×
Aircraft / Aviation Vehicles & Artillery Infantry Arms Warships & Submarines Military Pay Scale Military Ranks
Advertisements
HOME
AIRCRAFT / AVIATION
MODERN AIR FORCES
COUNTRIES
MANUFACTURERS
COMPARE
BY CONFLICT
BY TYPE
BY DECADE
COLD WAR

Avia S-92 Turbina (Me 262A)


Single-Seat Jet-Powered Fighter Aircraft (1950)


Aviation / Aerospace

1 / 1
Image from the Public Domain; First Avia S-92 example shown.

Jump-to: Specifications

Avia of Czechoslovakia continued to build the German wartime Messerschmitt Me 262 into the Cold War period - this as the S-92 Turbina.



Authored By: Staff Writer | Last Edited: 09/15/2021 | Content ©www.MilitaryFactory.com | The following text is exclusive to this site.
Advertisements
As with the Messerschmitt Bf 109 piston-engined fighter, the Messerschmitt Me 262 "Schwalbe" jet-powered fighter's production was also charged to Czechoslovakian factories in the latter stages of World War 2 (1939-1945). When the war in Europe ended against Germany's favor in May of 1945, Czechoslovakia still found itself in possession of the equipment required to build both aircraft. These were then rebranded by Avia under the respective designations of S-99/S-199 (based on the Bf 109G) and S-92 "Turbina" (based on the Me 262A).

In the latter case, the Czechs took to producing both the single- and two-seat variants of the German jet fighter as the "S-92" and "CS-92". The S-92 marked the primary fighter form while CS-92 represented two-seat trainer platforms. In 1946, twelve (nine single-seaters and three twin-seaters) were produced for testing and service introduction was announced the following year.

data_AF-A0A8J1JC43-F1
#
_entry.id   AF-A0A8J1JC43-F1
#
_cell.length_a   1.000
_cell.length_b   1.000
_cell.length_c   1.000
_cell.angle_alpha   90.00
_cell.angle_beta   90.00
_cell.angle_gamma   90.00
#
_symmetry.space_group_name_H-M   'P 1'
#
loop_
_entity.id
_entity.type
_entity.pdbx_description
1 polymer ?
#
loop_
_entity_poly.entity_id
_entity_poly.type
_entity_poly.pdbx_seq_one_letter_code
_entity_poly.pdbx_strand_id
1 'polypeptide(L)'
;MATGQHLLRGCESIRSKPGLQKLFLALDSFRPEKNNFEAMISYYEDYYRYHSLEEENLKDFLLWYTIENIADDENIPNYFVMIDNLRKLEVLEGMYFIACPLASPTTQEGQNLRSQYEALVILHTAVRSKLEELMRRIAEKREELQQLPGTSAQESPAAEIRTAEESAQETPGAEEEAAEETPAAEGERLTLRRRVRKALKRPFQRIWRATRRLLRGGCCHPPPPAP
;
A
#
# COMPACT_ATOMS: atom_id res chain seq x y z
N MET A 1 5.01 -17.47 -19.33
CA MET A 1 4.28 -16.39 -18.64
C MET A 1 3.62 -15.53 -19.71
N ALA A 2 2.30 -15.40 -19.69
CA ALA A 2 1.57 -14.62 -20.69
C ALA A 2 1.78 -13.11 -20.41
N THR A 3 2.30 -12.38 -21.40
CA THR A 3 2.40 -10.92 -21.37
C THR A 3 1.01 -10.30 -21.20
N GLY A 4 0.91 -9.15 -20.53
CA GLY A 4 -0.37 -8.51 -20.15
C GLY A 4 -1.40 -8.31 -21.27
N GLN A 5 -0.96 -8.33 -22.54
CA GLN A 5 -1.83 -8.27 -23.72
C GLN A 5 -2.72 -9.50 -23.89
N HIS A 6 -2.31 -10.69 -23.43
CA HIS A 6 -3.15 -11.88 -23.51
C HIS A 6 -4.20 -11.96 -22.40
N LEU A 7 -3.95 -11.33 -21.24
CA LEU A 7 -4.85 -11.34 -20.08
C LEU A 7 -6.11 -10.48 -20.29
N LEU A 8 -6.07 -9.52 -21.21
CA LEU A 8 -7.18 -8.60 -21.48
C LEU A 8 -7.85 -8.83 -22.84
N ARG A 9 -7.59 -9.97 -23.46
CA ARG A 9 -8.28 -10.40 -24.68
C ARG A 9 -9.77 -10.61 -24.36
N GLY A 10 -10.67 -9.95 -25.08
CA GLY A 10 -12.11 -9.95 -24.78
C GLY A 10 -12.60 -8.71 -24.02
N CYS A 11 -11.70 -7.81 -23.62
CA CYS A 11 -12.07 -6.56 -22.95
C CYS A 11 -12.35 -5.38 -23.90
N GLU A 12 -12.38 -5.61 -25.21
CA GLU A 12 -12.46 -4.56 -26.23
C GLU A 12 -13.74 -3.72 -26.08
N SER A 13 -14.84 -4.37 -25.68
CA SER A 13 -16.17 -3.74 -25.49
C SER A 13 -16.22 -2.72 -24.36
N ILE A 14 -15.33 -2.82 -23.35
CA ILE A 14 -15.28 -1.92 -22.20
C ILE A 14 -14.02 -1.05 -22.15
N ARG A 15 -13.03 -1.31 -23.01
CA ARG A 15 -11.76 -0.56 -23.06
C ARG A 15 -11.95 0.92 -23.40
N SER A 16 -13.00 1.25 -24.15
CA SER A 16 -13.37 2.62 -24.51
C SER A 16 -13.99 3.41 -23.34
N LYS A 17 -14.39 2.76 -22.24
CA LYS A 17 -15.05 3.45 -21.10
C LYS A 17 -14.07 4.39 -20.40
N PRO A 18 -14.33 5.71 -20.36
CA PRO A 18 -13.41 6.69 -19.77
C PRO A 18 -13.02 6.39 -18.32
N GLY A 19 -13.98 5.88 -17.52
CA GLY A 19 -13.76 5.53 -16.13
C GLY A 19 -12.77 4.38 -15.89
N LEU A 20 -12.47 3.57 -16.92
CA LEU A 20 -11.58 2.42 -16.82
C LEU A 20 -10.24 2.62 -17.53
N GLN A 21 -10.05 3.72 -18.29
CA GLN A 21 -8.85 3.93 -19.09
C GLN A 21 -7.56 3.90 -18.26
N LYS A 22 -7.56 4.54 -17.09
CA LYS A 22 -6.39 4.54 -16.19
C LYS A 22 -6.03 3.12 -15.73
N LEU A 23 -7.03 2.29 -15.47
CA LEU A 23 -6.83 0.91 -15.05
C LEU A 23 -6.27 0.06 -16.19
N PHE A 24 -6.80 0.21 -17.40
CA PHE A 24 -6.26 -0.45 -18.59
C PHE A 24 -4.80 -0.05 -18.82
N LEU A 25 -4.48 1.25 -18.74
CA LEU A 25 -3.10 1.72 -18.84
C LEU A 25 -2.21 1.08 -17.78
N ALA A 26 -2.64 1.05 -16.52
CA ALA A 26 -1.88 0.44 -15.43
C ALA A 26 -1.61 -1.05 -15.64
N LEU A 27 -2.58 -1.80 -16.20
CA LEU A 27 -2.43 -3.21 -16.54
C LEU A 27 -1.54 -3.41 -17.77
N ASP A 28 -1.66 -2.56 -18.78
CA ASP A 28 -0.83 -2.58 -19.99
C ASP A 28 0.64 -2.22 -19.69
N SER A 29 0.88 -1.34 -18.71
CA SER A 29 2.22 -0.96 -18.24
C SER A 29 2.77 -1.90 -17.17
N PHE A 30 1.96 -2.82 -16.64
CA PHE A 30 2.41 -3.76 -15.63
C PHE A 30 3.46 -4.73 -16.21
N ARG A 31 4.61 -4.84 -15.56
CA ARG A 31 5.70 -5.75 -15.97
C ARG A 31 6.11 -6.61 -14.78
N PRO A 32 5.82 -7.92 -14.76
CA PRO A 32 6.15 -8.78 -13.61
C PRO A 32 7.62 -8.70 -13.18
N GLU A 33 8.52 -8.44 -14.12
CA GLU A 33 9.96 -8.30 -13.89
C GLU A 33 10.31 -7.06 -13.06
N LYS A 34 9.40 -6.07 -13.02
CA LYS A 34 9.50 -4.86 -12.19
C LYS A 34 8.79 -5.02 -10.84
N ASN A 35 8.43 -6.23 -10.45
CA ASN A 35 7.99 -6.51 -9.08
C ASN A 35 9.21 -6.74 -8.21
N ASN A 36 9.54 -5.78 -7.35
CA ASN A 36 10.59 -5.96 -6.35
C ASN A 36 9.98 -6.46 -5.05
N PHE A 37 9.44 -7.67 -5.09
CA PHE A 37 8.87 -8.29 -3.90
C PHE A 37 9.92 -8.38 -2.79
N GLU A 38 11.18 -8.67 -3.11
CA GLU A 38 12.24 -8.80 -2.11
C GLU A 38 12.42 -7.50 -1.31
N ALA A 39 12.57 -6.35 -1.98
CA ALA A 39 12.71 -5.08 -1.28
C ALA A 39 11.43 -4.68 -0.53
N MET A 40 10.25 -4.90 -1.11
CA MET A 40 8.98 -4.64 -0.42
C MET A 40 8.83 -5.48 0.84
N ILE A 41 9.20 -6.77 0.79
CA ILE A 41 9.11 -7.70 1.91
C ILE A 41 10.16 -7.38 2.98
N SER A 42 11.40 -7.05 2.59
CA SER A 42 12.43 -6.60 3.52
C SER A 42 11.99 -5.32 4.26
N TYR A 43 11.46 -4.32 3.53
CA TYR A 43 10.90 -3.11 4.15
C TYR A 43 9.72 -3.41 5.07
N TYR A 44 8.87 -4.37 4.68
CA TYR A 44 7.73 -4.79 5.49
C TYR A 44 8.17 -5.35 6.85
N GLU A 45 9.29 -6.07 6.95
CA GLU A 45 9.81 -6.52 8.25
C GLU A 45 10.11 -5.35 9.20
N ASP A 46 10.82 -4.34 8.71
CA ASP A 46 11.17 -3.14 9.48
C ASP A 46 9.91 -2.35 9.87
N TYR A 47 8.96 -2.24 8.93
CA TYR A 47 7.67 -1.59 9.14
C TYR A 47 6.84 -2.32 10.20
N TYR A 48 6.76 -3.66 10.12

Prototype S-92.1 went airborne for the first time on August 27th, 1946 but an accident claimed this airframe that September. The second prototype, S-92.2, first flew on October 24th, 1946. The two-seat trainer variant saw its first-flight on December 10th, 1946. Another prototype, S-92.7, was outfitted with the uprated BMW 003 series turbojet engine but tests did not prove this offering quite as sound as had been hoped despite the increase to total thrust.

In 1950, the first Czechoslovakian fighter squadron comprised solely of jet fighter aircraft was finally formed but these mounts were kept for only a short time as Soviet jet-powered designs of greater performance and capabilities became available in large supply. After a formal demonstration to Yugoslav authorities, Yugoslavia placed an order for two S-92 jet fighters but this was never fulfilled.

In practice, the Czech S-92 performance about as well as the wartime Me 262 but, by the early 1950s, were entirely outclassed by the new crop of fighters emerging from the Soviet Union and in the West. This accounts for the relatively short operational service lives of the Turbina and its low production total. Outwardly, the fighters were faithful to the German design that appeared in April of 1944 and shocked many onlookers.

Most of the available S-92 and CS-92 aircraft were subsequently scrapped though one of each was retained for public showing through the Prague Aviation Museum (now in the Czech Republic).

Specifications



Service Year
1950

Origin
Czechoslovakia national flag graphic
Czechoslovakia

Status
RETIRED
Not in Service.
Crew
1

Production
12
UNITS


Avia Motors - Czechoslovakia
National flag of Czechia Czechoslovakia
(OPERATORS list includes past, present, and future operators when applicable)
Air-to-Air Combat, Fighter
General ability to actively engage other aircraft of similar form and function, typically through guns, missiles, and/or aerial rockets.


Length
34.8 ft
(10.60 m)
Width/Span
41.3 ft
(12.60 m)
Height
11.5 ft
(3.50 m)
Empty Wgt
8,378 lb
(3,800 kg)
MTOW
15,719 lb
(7,130 kg)
Wgt Diff
+7,341 lb
(+3,330 kg)
(Showcased structural values pertain to the Avia S-92 Turbina production variant)
Installed: 2 x Junkers Jumo 004 turbojet engines developing 1,980lb of thrust each.
Max Speed
559 mph
(900 kph | 486 kts)
Ceiling
37,566 ft
(11,450 m | 7 mi)
Range
652 mi